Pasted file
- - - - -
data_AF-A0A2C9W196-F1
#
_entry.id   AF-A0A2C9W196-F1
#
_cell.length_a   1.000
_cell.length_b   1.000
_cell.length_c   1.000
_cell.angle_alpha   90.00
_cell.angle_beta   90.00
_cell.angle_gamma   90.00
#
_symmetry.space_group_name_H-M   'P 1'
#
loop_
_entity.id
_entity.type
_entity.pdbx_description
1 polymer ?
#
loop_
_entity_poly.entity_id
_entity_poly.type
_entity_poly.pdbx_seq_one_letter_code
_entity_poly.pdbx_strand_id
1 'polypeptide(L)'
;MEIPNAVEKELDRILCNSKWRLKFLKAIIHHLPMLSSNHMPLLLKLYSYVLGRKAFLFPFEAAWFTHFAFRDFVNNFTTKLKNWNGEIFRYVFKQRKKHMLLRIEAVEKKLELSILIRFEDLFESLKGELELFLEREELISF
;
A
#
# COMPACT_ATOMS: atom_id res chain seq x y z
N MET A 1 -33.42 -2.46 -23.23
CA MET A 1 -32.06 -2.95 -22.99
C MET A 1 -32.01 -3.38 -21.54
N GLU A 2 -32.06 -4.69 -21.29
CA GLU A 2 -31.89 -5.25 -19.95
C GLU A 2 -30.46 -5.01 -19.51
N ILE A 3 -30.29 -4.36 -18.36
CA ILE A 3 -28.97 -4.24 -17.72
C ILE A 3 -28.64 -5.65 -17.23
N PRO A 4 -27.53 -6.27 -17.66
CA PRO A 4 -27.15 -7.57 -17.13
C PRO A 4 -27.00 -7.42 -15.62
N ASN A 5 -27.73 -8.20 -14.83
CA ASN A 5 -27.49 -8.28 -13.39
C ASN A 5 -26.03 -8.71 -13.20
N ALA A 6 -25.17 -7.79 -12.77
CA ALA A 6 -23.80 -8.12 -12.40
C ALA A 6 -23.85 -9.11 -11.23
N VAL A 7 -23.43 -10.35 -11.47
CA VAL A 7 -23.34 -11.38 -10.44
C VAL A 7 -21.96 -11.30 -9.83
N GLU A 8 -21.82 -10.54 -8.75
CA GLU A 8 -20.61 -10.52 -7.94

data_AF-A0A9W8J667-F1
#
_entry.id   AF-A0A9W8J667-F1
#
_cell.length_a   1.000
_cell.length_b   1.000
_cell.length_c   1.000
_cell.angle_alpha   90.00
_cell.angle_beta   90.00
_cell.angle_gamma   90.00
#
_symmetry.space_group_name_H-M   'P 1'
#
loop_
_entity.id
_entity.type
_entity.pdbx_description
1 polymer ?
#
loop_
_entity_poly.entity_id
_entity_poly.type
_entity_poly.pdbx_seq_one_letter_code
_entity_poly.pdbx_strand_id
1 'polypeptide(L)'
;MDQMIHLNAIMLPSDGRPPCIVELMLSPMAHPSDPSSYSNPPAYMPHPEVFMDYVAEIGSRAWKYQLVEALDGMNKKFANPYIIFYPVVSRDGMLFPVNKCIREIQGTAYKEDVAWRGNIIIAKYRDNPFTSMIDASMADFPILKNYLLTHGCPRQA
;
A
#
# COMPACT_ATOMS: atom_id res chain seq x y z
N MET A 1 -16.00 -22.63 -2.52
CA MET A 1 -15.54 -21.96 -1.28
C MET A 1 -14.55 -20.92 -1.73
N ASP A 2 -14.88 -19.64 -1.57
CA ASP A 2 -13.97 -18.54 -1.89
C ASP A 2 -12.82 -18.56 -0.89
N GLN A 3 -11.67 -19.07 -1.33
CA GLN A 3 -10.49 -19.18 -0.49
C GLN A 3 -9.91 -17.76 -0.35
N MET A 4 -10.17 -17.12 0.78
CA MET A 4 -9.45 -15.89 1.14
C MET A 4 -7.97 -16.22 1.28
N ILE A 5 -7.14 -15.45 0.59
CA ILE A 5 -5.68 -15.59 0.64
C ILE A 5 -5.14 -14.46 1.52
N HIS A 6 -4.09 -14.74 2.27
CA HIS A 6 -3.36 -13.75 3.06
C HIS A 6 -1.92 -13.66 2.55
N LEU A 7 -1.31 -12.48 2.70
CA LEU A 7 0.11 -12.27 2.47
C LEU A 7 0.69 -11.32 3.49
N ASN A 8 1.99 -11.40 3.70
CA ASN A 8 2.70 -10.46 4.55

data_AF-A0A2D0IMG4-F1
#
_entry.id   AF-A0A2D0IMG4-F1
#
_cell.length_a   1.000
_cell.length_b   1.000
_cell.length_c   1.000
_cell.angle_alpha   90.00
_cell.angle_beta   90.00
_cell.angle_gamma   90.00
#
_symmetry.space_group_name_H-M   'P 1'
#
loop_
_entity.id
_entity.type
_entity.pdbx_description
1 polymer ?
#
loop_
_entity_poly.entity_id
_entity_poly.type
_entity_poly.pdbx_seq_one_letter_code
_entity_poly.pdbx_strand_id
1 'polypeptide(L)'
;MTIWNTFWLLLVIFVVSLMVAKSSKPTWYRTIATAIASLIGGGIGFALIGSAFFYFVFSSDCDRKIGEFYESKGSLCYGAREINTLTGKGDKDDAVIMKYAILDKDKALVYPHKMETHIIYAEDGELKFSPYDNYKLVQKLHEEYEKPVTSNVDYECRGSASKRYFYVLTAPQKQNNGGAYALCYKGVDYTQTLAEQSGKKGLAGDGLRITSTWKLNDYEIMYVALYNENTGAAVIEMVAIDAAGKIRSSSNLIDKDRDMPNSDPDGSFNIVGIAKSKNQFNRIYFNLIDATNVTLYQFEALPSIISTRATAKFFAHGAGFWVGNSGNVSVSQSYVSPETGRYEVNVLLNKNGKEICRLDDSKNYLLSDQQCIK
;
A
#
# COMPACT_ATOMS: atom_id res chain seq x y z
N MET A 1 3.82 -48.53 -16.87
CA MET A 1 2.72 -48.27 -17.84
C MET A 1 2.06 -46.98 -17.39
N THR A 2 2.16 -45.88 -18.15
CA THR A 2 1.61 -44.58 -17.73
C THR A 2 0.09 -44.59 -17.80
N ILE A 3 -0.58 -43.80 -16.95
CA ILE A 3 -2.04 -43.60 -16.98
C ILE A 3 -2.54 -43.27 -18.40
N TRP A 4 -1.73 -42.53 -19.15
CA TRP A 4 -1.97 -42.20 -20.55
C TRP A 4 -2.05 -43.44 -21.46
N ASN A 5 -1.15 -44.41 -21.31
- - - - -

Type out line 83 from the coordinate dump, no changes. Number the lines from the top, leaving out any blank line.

# COMPACT_ATOMS: atom_id res chain seq x y z